After a bit of a long haul, I've just finished Stephen Fry's book, The Ode Less Travelled, which is about poetry.

It's supposed to be a manual for poets, and apart from the fact that anything Stephen Fry writes is worth reading, I bought it for two reasons. Firstly, I've never been much keen on poetry but always thought I would find there's more to it if I made the effort to find out more. And secondly I've always thought I could probably write poetry quite easily, and might have a go.

The book turned out to be heavy going - and in somebody else's hands it would be like walking through treacle. Unfortunately, it gets highly technical at times, which is bad enough, and it's made worse by the fact that there are countless technical terms involved - usually derived from some ancient Greek ideas or something. You soon realise that you can't retain even a tenth of the details, so I sort of switched off trying to take it all in, coming to the conclusion that if there's one thing I'm sure of about poetry now it's that it's even more complicated than I feared.

In fact, I now find myself favouring the simplest rhyming poetry because at least then you don't have to get bogged down in all the technical stuff and work so hard to read it. So the book probably fails in its aim - which is to get you to appreciate and even have a go at writing in different styles.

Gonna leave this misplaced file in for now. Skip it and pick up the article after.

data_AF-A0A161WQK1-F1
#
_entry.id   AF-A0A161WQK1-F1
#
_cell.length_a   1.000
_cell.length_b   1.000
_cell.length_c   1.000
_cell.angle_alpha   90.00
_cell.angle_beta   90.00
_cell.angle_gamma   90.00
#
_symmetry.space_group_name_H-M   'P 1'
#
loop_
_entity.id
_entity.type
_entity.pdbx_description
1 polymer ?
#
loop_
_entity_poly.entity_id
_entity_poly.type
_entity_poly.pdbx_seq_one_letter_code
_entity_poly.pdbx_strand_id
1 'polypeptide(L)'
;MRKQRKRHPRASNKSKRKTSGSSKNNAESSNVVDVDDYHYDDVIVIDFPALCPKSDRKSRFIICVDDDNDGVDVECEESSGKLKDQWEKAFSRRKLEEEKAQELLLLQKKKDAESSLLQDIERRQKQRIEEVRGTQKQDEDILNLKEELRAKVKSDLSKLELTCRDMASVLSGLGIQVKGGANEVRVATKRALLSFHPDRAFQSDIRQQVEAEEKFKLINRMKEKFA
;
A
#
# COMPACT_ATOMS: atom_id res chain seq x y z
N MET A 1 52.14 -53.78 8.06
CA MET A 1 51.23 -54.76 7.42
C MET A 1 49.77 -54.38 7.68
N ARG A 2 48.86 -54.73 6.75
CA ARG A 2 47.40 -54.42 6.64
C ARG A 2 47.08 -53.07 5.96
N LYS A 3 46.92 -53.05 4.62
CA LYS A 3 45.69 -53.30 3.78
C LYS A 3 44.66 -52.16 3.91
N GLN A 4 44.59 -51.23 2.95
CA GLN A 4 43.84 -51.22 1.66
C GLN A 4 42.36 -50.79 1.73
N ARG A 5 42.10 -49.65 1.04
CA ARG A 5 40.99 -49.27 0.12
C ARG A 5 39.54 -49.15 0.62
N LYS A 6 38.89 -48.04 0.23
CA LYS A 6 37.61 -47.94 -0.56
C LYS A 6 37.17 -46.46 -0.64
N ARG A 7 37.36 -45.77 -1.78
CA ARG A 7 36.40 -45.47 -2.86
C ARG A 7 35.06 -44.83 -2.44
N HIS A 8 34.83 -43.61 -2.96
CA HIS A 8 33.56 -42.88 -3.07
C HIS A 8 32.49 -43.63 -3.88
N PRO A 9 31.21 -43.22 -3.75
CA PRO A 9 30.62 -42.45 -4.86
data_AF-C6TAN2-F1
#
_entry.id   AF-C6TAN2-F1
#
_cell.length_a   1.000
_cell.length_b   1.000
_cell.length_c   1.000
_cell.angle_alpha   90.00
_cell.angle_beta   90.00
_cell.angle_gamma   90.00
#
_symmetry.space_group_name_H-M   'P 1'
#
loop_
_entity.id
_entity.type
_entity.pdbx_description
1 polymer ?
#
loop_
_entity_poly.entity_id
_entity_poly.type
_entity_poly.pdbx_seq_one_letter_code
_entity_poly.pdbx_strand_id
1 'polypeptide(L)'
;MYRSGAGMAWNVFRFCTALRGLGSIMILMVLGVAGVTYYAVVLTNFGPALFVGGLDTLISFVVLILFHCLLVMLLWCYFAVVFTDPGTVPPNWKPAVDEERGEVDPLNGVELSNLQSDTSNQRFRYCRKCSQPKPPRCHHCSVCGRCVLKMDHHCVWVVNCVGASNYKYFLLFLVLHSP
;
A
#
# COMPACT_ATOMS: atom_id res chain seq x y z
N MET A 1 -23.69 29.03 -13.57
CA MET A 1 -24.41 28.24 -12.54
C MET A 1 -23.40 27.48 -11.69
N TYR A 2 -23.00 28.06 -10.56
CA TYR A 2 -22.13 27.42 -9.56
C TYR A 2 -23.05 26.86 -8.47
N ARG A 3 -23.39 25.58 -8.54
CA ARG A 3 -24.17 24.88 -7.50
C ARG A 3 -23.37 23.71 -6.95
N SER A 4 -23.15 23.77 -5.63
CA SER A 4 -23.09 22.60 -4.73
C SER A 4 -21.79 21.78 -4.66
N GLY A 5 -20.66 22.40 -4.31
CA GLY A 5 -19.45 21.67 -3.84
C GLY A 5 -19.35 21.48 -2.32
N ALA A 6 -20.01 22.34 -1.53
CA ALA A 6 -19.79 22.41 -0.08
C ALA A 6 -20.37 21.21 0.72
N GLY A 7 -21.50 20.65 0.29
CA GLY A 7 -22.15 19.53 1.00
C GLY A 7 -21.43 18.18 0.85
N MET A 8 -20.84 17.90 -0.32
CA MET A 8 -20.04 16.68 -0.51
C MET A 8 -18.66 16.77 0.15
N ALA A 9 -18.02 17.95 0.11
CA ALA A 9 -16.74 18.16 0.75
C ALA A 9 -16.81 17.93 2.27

QI (quite interesting) sums it up, appropriately enough.

A cowboy, more cowboys and pirates

Poor Julie is still battling with her toothache and still has a jaw like Desperate Dan. After a return to the dentist's at 9am, it turns out that she has a 'dry socket' infection or something. The dentist says it only happens in about one in 25 cases and this is the worst he's seen - which just about sums it all up for us at the moment.

Never mind because there isn't much to report on the diabetic front tonight, which must be good and shows how quickly we've got to grips with the situation. Holly bravely completed her second day of doing all her injections herself, so, in a way, it's become the norm. Also, her blood sugar levels, though not settled down yet, do seem to be following a pattern, which is the first step to getting them under full control. Apparently, it's only a matter of time before they settle down, but the sooner it happens, the sooner she will have the freedom to eat normally.

The way she maturely talks about her feelings about it is still amazing us. The injections are still an ordeal, and you can tell there's a point when, just before each injection, she has to grit her teeth and force herself to push the needle in. But it is slowly becoming easier and you have to admire her attitude.

If only everybody was half as sensible.

Today we came across our first bloody minded health service jobsworths who were determined to make life difficult, and if you thought Desperate Dan was a cowboy, we've met his match.